American Dream Machine is the story of two talent agents and their three troubled boys, heirs to Hollywood royalty. It's a sweeping narrative about fathers and sons, the movie business, and the sundry sea changes that have shaped Hollywood and, by extension, American life.
Beau Rosenwald, overweight, not particularly handsome, and improbably charismatic, arrives in Los Angles in 1962 with nothing but an ill-fitting suit and a pair of expensive brogues. By the late 1970s he has helped found the most successful agency in Hollywood. Through the eyes of his son, we watch Beau and his partner go to war, waging a seismic battle that redraws the lines of an entire industry.
We watch Beau rise and fall and rise again, in accordance with the cultural transformations that dictate the fickle world of movies. We watch Beau's partner, the enigmatic and cerebral Williams Farquarsen, struggle to contain himself, to control his impulses and consolidate his power. And we watch two generations of men fumble and thrive across the LA landscape, learning for themselves the shadows and costs exacted by success and failure.
Mammalian, funny, and filled with characters both vital and profound, American Dream Machine is a piercing interrogation of the role, nourishing, as well as destructive, that illusion plays in all our lives.
American Dream Machine beautifully illustrates not just how the sun is setting on the myth of self-made individualism but also how, with their feet planted on unsteady ground, the young now have no guaranteed formulas for success. "Life was more like the movies than anyone cared to admit. It was predicated on them, far more than vice versa," Nate says. Fair enough. Except, as he very well knows, not all movies have fairytale endings. (Reviewed by Poornima Apte).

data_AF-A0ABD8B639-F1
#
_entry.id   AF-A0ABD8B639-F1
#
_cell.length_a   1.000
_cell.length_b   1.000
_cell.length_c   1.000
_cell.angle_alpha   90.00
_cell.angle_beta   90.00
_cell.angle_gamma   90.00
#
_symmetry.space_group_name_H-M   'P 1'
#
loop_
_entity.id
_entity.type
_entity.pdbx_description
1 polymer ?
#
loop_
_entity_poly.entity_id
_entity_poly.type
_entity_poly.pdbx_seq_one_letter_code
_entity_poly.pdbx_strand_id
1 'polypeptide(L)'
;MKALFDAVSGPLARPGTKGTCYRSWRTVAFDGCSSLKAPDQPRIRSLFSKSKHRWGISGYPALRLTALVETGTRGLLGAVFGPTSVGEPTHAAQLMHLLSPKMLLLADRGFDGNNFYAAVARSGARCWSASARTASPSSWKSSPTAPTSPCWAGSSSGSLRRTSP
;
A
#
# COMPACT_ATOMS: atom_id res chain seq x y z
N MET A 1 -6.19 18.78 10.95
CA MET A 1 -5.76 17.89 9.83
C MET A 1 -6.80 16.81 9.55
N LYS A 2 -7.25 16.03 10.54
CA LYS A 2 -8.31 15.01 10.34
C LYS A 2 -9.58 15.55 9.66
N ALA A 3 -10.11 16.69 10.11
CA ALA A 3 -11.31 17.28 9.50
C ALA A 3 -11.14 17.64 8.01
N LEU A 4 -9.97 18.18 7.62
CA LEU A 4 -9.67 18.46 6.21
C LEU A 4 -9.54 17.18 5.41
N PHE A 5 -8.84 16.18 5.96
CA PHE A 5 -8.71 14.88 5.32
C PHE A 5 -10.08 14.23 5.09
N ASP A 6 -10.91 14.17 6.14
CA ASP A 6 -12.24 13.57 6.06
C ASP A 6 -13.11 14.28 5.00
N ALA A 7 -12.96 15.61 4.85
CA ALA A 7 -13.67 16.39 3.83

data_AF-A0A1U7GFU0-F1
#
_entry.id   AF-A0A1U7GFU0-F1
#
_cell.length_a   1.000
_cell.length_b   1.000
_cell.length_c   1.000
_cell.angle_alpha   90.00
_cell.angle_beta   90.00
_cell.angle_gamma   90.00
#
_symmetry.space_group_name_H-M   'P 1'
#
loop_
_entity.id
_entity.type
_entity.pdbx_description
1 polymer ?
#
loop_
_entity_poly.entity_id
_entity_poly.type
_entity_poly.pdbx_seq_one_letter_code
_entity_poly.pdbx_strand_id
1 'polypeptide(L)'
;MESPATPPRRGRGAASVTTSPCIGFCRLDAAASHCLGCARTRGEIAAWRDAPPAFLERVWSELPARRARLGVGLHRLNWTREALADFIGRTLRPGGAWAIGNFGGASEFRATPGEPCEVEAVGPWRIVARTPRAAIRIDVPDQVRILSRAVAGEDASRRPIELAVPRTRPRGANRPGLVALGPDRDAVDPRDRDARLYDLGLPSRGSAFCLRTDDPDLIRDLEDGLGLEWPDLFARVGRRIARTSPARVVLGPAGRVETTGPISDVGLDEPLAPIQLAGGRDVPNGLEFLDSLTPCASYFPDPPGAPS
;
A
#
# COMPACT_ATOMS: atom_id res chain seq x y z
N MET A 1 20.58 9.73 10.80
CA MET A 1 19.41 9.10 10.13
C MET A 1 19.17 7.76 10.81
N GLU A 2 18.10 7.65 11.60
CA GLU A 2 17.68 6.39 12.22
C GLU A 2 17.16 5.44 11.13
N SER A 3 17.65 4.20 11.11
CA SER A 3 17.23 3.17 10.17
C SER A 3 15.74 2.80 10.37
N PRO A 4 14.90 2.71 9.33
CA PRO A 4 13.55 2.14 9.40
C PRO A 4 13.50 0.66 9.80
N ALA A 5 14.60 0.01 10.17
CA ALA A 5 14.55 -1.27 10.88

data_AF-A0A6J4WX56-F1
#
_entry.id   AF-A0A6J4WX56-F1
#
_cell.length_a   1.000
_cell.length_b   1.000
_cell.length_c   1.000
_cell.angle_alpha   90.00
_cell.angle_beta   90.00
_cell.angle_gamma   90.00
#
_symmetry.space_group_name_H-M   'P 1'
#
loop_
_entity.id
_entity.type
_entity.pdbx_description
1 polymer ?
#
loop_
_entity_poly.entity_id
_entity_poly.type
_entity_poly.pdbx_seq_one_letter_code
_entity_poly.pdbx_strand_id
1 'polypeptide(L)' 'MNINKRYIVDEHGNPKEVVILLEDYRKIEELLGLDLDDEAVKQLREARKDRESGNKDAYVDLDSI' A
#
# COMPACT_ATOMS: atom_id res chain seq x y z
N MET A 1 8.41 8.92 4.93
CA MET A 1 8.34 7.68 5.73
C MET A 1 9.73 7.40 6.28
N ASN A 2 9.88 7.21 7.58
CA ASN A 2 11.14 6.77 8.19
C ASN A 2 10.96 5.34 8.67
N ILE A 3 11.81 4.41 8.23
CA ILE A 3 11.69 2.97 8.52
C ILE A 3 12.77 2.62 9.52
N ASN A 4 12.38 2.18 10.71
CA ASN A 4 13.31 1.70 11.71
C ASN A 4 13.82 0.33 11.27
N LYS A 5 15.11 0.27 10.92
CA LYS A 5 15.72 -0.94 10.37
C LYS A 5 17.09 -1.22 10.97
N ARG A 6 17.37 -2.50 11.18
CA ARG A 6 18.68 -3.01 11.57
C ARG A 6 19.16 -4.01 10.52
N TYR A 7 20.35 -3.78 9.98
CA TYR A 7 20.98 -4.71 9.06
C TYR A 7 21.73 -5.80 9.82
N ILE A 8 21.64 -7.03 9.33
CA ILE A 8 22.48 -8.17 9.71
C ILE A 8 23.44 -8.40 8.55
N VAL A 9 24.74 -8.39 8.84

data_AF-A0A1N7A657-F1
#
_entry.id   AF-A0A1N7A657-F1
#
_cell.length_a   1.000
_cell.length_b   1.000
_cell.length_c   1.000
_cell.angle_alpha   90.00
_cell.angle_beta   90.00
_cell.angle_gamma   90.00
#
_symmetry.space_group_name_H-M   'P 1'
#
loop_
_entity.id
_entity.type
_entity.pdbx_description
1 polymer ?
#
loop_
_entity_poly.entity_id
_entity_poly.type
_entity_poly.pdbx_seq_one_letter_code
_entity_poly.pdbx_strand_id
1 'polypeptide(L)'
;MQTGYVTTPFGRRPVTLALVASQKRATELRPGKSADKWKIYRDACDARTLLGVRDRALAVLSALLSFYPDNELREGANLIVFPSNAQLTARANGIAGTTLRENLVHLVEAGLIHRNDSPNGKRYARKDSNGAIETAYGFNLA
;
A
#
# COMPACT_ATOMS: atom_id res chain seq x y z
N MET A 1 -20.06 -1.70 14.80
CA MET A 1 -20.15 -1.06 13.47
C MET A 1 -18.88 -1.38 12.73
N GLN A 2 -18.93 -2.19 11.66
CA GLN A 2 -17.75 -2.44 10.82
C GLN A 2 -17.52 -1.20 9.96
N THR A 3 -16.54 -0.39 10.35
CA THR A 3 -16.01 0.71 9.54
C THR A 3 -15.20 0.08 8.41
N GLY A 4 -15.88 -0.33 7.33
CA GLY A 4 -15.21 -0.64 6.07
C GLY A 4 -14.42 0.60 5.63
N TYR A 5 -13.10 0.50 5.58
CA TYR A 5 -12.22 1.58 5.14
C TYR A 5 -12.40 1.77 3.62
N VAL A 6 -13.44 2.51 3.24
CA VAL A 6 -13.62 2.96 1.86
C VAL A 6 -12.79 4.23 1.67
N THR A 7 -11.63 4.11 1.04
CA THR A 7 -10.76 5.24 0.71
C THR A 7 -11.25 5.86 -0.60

LA Review of Books American Dream Machine is written with a great ear for a sentence and a funny line ("You think it's easier to sell actors than shoes?"). More importantly, it evokes a world with casual ease and unexpected tenderness, recalling and referencing lots of other fiction (both Hollywood and non) while contriving to establish its own unique authority.
While Specktor, a film executive and the founding editor of the Los Angeles Review of Books, does not quite achieve an epic tone, his novel of the seedy guardians of the mythic American dream succeeds in showing just how unpleasant the film industry can be.
The Telegraph (UK)
Specktor’s great achievement is to make familiar territory original, the Hollywood novel born anew. It’s bold, weird and unforgettable, as startling as a poke in the eye.
Victor LaValle, author of Big Machine and The Devil in Silver American Dream Machine is grand, complex, lush, intelligent and lively, funny as hell and generous in ways you don’t often find. It’s also a strikingly original portrait of Los Angeles.
A talent agency is an organization that represents talent – actors, musicians, writers etc – and pitches their clients' talents to appropriate organizations. For example, a Hollywood talent agency will pitch or plug a particular actor on roles for upcoming movie projects. Talent agencies work closely with production companies and casting directors. In Hollywood, talent agents are certified by the Screen Actors Guild and follow certain professional rules of conduct. This includes the setting of fees. Most talent agents will take 10% of an actor's earnings from a role. The talent agent helps in pitching the actor and procuring auditions although the final results are dependent on the actor alone.
While talent agencies in Hollywood have been around since the 1930s, their role was somewhat limited as lead actors were usually under exclusive contract to an individual studio. But by...
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City of the Sun introduces retired detective Frank Behran imposing, charismatic former cop who agrees to take the case of a boy whos been missing for over a year.
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